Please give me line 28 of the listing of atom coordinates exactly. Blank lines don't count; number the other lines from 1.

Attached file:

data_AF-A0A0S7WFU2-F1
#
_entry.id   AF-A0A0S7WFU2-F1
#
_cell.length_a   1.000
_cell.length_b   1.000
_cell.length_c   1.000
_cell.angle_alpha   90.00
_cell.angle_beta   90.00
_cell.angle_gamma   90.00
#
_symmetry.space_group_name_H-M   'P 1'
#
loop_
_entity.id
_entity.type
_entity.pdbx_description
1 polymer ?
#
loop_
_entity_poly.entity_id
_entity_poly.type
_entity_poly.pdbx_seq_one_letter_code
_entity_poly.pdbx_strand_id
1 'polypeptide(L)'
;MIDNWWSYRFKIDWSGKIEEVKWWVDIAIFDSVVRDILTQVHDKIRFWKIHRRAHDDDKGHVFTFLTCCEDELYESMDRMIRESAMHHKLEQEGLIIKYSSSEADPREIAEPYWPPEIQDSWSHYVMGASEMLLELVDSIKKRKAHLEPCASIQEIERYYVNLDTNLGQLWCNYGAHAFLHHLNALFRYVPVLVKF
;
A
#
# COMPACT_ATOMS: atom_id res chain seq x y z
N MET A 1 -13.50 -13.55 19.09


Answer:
A